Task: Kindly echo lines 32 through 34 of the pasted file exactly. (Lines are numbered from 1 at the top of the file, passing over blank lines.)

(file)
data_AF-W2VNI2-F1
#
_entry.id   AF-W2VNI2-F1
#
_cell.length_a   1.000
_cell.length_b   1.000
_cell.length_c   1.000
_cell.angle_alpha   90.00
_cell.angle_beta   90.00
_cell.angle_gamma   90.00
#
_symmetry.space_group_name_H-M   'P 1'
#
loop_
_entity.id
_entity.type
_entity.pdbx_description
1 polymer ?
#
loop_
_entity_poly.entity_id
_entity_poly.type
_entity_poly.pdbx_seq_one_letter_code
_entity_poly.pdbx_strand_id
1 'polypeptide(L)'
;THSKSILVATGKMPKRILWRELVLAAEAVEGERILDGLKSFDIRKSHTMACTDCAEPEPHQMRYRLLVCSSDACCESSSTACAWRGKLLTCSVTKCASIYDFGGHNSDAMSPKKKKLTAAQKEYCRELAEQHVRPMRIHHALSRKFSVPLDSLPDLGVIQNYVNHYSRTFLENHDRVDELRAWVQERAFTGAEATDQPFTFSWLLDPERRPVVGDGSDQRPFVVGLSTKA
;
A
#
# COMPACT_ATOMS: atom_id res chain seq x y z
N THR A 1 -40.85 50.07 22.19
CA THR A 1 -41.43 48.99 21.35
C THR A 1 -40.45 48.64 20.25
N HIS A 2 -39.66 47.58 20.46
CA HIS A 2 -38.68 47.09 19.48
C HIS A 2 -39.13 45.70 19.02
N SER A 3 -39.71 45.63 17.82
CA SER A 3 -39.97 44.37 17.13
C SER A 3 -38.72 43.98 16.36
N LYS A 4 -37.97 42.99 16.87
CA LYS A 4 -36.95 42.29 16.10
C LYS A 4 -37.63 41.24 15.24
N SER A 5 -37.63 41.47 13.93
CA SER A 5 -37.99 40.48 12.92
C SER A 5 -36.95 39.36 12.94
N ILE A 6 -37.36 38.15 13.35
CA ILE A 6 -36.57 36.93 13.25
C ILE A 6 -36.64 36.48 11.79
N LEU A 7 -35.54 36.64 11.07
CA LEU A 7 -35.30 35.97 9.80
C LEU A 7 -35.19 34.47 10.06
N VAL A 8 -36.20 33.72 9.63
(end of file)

CA THR A 1 -41.43 48.99 21.35
C THR A 1 -40.45 48.64 20.25
N HIS A 2 -39.66 47.58 20.46